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A Declaration Of The Commissioners Of The General Assembly, Concerning Present Dangers, And Duties Relating To The Covenant And Religion

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A Declaration Of The Commissioners Of The General Assembly, Concerning Present Dangers, And Duties Relating To The Covenant And Religion

James Dodson

Printed at Edinburgh by Evan Tyler, Printer
To the Kings most Excellent Majesty:
And reprinted at London for Robert Bostock,
at the Kings Head in Paul’s
Church-yard. 1648.
Edinb. 1 Martii, 1648. Post Meridiem.


A Declaration of the Commissioners of
the General Assembly to the whole Kirk and
Kingdom of Scotland, concerning present
Dangers, and duties relating to the
COVENANT and RELIGION.


IF in a time of so great and imminent danger to Religion and the Cause of God, the Trumpet in Zion should give no certain sound, nor the watch-men's Tower any seasonable warning, it might be justly charged upon us as a sinful neglect of duty, and the blood of many thousand souls might be required at our hands. Therefore so far as we have discovered the dangerous plots and snares of the malicious and crafty adversaries of this Cause, we shall freely and faithfully make the same known; trusting that all who would not make shipwreck of faith and a good conscience, will carefully avoid as well hid manifest rocks, when they are warned of them.

After the Solemn League and Covenant of the three Kingdoms had so prospered against the enemies and opposers thereof, as made them despair of overthrowing it in any such way of a direct opposition; they begun with much wit and industry to endeavor a dividing of the ends of the Covenant, and an altering of the first principle and state of the Cause. Upon the one hand, the Sectaries in England (according as is formerly represented by the late General Assembly, in their Declaration to their Brethren of England, and by our Remonstrance to the Committee of Estates of the 13 of October last) have by fraud and violence endeavoured the subversion of Religion; whose exorbitant insolency, being now in Arms, is so unsupportable, that no man can doubt but all the Articles of the Covenant are in danger by them; the vile Errours, wicked Heresies, and intolerable Blasphemies daily growing amongst them, can hardly be reckoned up; all which are mightily aggredged by the lawless and Godlesse toleration thereof: and lest Parliamentary authority should curb this monstrous insolency, they have not only refused Orders for disbanding, but have forced Orders for their own standing, and do over-rule Parliament, King, City, and Country, to the trampling under foot all Government Civil and Ecclesiastical, and to the terrour, oppression, and apparent ruin of all the truly godly and sound lovers of the Solemn League and Covenant. On the other hand, the Prelatical and Malignant party have catched at and studied to make advantage of some parts and clauses of the Covenant, without keeping all the links of that golden chain fast together.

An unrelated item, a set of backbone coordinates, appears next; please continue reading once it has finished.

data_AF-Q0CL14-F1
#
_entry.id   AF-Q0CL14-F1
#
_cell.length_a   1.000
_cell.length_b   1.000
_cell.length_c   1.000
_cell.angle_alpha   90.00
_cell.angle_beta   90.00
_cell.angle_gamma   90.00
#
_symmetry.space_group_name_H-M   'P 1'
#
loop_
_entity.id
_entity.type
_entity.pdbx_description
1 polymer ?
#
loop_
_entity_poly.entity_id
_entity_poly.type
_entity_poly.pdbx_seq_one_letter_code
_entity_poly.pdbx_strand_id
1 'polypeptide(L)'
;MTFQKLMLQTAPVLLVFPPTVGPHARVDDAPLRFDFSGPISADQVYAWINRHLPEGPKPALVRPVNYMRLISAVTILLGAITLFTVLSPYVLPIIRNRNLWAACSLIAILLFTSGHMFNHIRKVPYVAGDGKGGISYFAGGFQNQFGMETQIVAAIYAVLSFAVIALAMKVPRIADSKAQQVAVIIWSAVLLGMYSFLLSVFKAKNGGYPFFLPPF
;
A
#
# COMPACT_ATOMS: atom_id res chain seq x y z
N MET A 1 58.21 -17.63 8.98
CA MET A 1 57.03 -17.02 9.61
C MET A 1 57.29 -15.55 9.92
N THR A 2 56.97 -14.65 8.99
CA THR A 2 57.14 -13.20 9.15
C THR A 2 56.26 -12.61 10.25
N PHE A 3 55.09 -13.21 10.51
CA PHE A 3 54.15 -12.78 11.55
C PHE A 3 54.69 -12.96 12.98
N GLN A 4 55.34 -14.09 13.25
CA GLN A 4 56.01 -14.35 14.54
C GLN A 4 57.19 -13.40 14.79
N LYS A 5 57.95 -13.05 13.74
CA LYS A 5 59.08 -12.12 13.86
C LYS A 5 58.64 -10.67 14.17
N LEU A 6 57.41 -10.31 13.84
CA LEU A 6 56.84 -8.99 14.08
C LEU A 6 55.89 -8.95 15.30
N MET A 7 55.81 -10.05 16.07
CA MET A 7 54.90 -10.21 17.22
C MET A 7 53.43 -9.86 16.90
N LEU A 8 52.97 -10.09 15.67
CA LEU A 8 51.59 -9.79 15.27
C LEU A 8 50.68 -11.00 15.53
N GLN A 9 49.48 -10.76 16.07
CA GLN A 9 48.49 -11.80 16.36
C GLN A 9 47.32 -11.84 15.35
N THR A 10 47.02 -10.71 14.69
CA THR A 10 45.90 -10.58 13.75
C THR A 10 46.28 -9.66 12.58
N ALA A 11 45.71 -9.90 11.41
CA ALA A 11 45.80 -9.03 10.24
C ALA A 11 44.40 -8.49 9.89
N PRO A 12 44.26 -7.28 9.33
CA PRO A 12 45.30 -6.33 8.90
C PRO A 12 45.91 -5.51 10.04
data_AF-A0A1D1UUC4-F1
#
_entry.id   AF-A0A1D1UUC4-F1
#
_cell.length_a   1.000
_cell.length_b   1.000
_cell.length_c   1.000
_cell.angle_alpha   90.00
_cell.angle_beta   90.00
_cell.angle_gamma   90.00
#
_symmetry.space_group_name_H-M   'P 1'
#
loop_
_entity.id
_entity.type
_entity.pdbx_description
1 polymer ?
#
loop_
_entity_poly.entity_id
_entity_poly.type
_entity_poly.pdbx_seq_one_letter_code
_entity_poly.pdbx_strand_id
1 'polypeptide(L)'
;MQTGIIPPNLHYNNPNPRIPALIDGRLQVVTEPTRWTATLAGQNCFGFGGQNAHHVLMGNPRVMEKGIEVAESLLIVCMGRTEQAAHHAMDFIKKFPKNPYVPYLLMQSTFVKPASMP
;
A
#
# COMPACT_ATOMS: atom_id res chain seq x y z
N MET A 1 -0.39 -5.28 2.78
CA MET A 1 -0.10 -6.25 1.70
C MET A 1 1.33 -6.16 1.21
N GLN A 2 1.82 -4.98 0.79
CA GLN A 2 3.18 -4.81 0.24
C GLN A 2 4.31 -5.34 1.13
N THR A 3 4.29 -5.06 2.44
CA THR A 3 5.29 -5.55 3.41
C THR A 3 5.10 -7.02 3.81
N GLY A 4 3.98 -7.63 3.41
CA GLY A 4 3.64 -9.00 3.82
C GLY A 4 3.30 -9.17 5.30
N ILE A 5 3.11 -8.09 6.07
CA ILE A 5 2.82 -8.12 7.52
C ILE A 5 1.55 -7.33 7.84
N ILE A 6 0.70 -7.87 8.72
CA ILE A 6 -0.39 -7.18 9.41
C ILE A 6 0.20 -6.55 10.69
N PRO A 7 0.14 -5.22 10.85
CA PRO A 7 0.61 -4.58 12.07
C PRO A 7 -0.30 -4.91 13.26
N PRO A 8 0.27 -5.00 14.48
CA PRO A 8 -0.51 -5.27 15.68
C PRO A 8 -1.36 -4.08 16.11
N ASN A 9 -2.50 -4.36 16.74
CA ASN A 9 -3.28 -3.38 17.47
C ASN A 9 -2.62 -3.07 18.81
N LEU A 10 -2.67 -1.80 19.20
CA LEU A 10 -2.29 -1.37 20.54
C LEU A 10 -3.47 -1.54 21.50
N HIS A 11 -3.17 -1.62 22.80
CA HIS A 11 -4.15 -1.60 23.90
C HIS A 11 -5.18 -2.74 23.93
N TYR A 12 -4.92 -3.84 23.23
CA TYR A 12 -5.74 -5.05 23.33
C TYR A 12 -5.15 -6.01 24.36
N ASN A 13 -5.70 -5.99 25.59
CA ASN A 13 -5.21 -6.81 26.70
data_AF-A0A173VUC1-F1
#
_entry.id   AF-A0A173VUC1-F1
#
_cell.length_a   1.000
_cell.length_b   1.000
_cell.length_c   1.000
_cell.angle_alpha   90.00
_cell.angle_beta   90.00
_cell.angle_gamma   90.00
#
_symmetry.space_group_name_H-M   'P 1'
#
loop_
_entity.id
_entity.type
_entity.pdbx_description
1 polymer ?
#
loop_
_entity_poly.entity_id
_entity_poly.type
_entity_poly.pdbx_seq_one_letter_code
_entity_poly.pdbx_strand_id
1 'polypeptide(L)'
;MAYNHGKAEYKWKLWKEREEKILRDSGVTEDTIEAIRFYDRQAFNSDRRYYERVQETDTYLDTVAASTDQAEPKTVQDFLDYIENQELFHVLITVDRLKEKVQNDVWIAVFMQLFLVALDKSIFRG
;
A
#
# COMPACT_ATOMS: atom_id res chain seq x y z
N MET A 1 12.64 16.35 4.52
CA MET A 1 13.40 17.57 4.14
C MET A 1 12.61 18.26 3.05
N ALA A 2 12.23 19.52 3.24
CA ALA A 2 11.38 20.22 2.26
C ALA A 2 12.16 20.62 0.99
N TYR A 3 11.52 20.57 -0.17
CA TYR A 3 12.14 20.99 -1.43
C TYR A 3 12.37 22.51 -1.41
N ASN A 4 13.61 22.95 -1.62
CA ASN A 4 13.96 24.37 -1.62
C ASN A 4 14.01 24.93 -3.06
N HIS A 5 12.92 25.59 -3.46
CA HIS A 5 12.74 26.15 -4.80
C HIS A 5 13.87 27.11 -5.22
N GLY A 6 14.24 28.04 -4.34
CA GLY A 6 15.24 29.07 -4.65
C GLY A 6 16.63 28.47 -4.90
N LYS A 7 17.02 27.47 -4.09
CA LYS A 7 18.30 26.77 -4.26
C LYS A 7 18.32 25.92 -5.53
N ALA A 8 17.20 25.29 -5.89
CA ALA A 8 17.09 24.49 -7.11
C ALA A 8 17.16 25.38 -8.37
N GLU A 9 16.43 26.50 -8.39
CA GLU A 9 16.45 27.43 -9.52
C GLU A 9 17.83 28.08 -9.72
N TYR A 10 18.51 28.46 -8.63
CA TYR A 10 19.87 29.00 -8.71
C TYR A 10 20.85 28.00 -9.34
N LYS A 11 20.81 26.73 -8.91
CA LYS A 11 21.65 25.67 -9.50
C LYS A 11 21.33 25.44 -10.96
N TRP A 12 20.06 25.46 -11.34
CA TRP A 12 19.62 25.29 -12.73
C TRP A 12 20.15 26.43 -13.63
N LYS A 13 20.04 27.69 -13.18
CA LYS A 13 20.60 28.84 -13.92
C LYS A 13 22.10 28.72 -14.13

This design of receding from the former principles, and stating the public Cause otherwise then it was stated by both Kingdoms when they joined in Covenant and Arms, may be abundantly discovered by two instances: First, the design hath been so fast and so far driven on, that although the fourth Article of the League and Covenant was clearly framed and intended against the Malignant party; and although there was one express Article in the Treaty between the Kingdoms for swearing and subscribing the League and Covenant by both Kingdoms, as a more near tie and conjunction of both, for their defence against Popish, Prelatical and Malignant party and their adherents; And although in the Declarations of both Kingdoms in the year 1643, it was declared that all such as would not speedily take the Covenant, and join with all their power in the defence of this Cause, are to be censured and punished as professed Adversaries and Malignants; Yet some are not ashamed to plead for the Malignant party, as if they were friends rather then enemies to this cause, and as none were now to be looked upon as dangerous enemies to the Cause, but the Sectaries only; whereas the word of God and experience of former times not only teacheth us to beware of dangers from the fraud, as well as the force, from the plots as well as from the power of enemies; but also setteth before us sad examples of great unexpected miseries, and mischiefs brought upon the people of God, from enemies once broken and quashed, when they got again the power of the sword, & opportunity to act whatsoever cruelties their inveterate malice and enraged spirits put them upon.